The constant stream of information bombarding us on social media, news outlets, and phone apps as well as the demands of work, family life, and relationships, in this fast paced world has contributed to the rise in symptoms of anxiety. The National Institute of Mental Health (NIMH) has estimated that 31.1% of US adults experience an anxiety disorder at some time in their lives.

What is Anxiety:

It is important to understand what anxiety is and how it manifests. Anxiety is a natural response to stress or perceived threats. It’s a feeling of fear, worry, or unease, often about an imminent event or uncertain outcome. While it’s normal to experience occasional anxiety, it becomes a problem when it becomes excessive, persistent, and interferes with daily life. For example, worry about an exam or meeting a deadline is normal. However, when you are unable to “think straight” or “block out” during the meeting or exam, anxiety has interrupted your life.

Anxiety can manifest in various physical, emotional, and behavioral symptoms, such as racing thoughts, restlessness, irritability, muscle tension, sleep disturbance, nausea, and difficulty concentrating. It can range from mild to severe and can impact individuals differently. When anxiety becomes severe, it becomes Generalized Anxiety Disorder (GAD). This is a mental health condition characterized by excessive, uncontrollable worry and anxiety about various aspects of life, such as work, health, finances, and relationships. Unlike normal anxiety, which may come and go in response to specific stressors, GAD involves persistent and excessive worrying that is difficult to control and often disproportionate to the actual circumstances.

People living with GAD may experience physical symptoms such as muscle tension, fatigue, restlessness, irritability, difficulty concentrating, and trouble sleeping. These symptoms can significantly impair daily functioning and quality of life.

GAD is typically diagnosed based on the presence of excessive worrying and anxiety that persists for at least six months, along with the presence of several associated symptoms. Treatment for GAD often involves a combination of therapy, such as Cognitive-Behavioral Therapy (CBT), and medication, such as antidepressants or anti-anxiety medications. Though our therapists do not prescribed medications for anxiety, we can support your continuity of care needs with a prescribing physician or psychiatrist if needed. When receiving therapy for anxiety at Melanated Womens Health LLC, we will assess baseline levels of anxiety using measurements such as the Beck Anxiety Inventory. That way, we are able to track your progress overtime while in therapy for anxiety. Beyond therapy for anxiety, lifestyle changes, stress management techniques, and support from loved ones can also be beneficial in managing GAD symptoms.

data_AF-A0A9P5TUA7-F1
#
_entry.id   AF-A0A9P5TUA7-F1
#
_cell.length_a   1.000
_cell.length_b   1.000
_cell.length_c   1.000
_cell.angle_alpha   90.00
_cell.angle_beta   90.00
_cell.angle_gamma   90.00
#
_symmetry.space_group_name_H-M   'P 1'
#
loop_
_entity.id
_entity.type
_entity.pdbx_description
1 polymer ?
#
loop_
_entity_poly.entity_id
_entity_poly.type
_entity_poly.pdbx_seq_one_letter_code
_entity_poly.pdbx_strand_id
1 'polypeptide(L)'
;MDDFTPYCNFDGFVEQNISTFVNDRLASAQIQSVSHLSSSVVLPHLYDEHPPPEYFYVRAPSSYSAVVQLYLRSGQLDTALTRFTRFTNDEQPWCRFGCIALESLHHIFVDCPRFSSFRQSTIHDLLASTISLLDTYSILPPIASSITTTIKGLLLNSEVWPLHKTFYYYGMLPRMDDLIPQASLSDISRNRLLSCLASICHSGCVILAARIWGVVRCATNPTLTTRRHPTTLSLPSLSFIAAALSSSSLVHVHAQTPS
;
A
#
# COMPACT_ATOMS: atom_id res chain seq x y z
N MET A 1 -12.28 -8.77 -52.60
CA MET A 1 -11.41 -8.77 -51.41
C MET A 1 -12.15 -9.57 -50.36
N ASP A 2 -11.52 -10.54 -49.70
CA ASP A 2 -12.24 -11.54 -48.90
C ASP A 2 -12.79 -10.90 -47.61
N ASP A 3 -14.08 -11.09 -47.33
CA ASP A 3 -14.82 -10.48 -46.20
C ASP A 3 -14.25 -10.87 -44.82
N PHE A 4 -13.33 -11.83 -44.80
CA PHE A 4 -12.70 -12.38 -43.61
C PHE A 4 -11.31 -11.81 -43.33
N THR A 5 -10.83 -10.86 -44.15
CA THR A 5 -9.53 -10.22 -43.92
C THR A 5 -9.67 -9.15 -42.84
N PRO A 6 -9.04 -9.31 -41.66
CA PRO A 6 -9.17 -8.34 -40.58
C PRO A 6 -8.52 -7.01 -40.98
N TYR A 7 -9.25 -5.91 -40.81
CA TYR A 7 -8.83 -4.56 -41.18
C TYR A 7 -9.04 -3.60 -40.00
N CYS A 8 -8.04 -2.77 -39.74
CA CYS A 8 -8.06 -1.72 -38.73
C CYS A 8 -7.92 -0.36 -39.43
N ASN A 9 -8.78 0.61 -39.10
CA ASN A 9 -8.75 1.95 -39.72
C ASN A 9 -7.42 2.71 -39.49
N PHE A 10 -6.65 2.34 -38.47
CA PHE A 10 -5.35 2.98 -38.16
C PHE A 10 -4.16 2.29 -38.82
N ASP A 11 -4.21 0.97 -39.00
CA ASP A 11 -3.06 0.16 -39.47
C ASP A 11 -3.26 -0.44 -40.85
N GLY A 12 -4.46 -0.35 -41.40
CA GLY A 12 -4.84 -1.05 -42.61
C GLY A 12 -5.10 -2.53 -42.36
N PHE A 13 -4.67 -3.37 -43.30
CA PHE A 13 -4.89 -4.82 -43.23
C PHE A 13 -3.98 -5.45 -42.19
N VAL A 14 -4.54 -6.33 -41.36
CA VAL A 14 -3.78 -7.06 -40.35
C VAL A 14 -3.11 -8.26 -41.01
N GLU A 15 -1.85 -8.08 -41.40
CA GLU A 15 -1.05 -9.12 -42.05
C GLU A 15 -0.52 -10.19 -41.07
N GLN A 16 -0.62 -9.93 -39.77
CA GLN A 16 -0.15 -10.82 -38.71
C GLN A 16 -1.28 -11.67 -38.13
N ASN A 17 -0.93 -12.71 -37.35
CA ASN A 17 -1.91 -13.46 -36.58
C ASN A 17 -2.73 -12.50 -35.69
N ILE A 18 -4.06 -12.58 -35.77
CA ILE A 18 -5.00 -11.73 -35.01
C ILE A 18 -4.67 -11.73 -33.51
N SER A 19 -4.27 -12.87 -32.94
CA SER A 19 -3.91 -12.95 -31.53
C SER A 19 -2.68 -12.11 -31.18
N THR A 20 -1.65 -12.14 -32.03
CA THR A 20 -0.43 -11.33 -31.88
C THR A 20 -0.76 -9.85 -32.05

A Few Strategies for Managing Anxiety:

1. Deep Breathing Exercises: Deep breathing techniques can help calm the body’s stress response and promote relaxation. Try practicing deep breathing exercises for a few minutes each day or whenever you feel overwhelmed.

2. Mindfulness Meditation: Mindfulness meditation involves focusing your attention on the present moment without judgment. This practice can help reduce anxiety by shifting your focus away from worries about the future or regrets about the past.

3. Regular Exercise: Physical activity has been shown to reduce symptoms of anxiety by releasing endorphins, which are natural mood lifters. Aim for at least 30 minutes of moderate exercise most days of the week to reap the benefits.

4. Limit Caffeine and Alcohol Intake: Both caffeine and alcohol can exacerbate anxiety symptoms, so it’s important to consume them in moderation. Consider cutting back on caffeinated beverages like coffee and soda, and be mindful of how alcohol affects your mood.

5. Establish a Routine: Establishing a daily routine can provide structure and predictability, which can help reduce anxiety. Try to stick to a consistent sleep schedule, meal times, and work routine to promote a sense of stability.

6. Seek Professional Support: Don’t hesitate to reach out for support from friends, family, or a mental health professional if you’re struggling with anxiety. Talking to someone you trust can provide validation and perspective, and therapy for anxiety can offer valuable coping strategies and support.

By incorporating these strategies into your daily life, you can cultivate a sense of calm and resilience in the face of stressors that can cause anxiety. With time and practice, you can learn to navigate anxiety more effectively and live a fuller, more balanced life of calmness. Contact Melanated Women’s Health LLC at or 215-720-1456 to learn more about how one of our Therapist can help you work on anxiety management to thrive in your daily life.

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2133 Arch Street, Suite 304
Philadelphia, PA 19103